From what I had left of my Gun Fund, I was able to get this rifle for a price that it is embarrassingly cheap through a states sale by Denis Badurina’s shop Dragon Leatherworks, longtime friend of this blog.
From what I have gathered online, it seems I scored a Model 70 National Match and although I am not an expert on condition, it looks used, shot and cared for. Not a Safe Queen nor abused.
An astute and observant reader may have already find what is “wrong” with my rifle: No sights. Even though they came with the rifle out of the factory, for some reason they are not present. Long short, inquires were made, but the original sights could not be found.
Of course, being an ignorant about bolt-action rifles and specially the Model 70 and specifically this particular subspecies, I thought that just tossing some rings and any scope would do the job. Boy was I wrong. First, good or even average scope stuff is EXPENSIVE. From tools to the tube itself? It could be from triple to eight times what I paid for the rifle and I had already expended my funds to the point of leaving enough for a Happy Meal.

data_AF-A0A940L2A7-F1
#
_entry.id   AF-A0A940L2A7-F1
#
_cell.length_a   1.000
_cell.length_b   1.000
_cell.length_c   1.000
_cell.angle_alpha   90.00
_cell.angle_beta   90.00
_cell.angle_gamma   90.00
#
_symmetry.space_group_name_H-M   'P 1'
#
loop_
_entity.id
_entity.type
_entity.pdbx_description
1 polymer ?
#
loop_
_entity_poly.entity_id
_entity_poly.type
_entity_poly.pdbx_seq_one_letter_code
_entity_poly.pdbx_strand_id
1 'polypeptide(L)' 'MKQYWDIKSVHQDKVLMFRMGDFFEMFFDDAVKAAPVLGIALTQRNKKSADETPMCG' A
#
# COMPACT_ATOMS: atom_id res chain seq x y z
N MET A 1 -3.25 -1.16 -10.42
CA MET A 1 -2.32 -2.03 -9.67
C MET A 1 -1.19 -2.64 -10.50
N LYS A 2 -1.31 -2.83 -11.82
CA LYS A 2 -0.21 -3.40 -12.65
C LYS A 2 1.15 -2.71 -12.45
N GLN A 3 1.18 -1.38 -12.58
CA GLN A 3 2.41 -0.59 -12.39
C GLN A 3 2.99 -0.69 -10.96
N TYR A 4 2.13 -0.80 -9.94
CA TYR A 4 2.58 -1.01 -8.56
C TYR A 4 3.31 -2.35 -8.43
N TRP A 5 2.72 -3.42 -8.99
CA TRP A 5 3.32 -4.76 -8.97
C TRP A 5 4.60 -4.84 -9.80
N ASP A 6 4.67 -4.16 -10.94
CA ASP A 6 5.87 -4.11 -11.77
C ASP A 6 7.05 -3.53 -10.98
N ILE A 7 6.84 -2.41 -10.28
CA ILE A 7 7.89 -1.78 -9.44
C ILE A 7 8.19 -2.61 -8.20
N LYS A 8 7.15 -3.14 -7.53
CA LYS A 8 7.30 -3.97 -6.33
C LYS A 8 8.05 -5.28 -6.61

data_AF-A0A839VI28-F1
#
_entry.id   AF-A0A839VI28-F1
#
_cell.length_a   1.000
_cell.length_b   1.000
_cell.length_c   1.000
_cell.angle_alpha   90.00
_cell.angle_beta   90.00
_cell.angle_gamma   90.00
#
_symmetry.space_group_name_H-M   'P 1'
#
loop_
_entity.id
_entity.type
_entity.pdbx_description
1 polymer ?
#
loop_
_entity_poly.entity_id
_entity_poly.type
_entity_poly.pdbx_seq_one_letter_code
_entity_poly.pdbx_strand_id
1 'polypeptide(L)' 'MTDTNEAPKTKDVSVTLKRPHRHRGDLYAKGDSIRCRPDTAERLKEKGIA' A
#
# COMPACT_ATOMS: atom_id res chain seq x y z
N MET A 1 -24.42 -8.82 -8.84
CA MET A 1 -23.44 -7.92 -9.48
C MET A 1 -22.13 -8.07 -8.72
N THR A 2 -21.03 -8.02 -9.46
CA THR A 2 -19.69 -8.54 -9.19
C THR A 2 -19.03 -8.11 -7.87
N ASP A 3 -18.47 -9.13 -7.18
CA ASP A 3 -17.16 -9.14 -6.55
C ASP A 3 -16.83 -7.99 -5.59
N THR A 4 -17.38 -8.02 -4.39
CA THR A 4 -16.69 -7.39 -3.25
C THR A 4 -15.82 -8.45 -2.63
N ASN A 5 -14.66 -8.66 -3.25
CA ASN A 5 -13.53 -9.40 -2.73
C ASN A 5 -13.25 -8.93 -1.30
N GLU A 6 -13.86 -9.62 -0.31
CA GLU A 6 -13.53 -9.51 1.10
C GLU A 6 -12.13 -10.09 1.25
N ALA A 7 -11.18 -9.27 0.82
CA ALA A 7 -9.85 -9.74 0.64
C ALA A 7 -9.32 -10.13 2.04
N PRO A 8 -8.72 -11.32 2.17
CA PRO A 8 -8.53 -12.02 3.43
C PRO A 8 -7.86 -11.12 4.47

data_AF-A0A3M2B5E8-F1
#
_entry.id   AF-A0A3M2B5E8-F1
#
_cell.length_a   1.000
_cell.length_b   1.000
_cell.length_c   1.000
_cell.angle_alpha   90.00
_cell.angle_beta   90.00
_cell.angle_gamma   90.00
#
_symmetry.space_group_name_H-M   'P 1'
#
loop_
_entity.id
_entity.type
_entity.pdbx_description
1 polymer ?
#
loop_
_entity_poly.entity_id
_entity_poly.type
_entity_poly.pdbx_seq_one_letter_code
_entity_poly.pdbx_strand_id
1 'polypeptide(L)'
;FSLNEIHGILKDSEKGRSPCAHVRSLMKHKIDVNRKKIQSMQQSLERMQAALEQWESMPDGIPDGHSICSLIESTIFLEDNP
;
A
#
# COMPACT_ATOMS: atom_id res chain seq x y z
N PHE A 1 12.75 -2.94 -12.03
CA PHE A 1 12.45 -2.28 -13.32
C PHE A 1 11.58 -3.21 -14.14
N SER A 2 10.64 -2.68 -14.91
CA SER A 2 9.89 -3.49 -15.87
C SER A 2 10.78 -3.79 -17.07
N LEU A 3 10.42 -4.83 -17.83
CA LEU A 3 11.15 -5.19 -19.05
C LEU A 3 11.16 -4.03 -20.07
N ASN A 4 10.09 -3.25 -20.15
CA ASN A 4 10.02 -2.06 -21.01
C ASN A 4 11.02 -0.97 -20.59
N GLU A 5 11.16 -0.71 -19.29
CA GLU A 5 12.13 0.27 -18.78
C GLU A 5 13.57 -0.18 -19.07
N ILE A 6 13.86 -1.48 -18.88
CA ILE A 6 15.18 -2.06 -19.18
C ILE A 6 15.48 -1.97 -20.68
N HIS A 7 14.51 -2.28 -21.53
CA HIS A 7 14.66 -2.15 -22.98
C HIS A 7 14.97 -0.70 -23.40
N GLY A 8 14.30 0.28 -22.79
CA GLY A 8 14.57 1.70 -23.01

Then I realized that the top of the barrel is not quite your regular thin barrels in hunting rifles. It has blocks forward of the receiver and that looked vaguely familiar. I looked online and looky here what I found. US Marine Sniper Rifle with a scope.
That is a long scope! And now a effing classic which commands four to five figures in a Free Market if you can find it. “Fortunately” a replica is being made and sold in Midway USA: Leatherwood Hi-Lux William Malcolm USMC Sniper Rifle Scope.
I did say “fortunately” because at $575 plus whatever I need to pay a good gunsmith to mount it is way past what I have in my Gun Fund. Why not mount it myself and save some bucks that way? I heard Harry Callahan whisper in my ear “A man’s got to know his limitations.”
I was running out of options.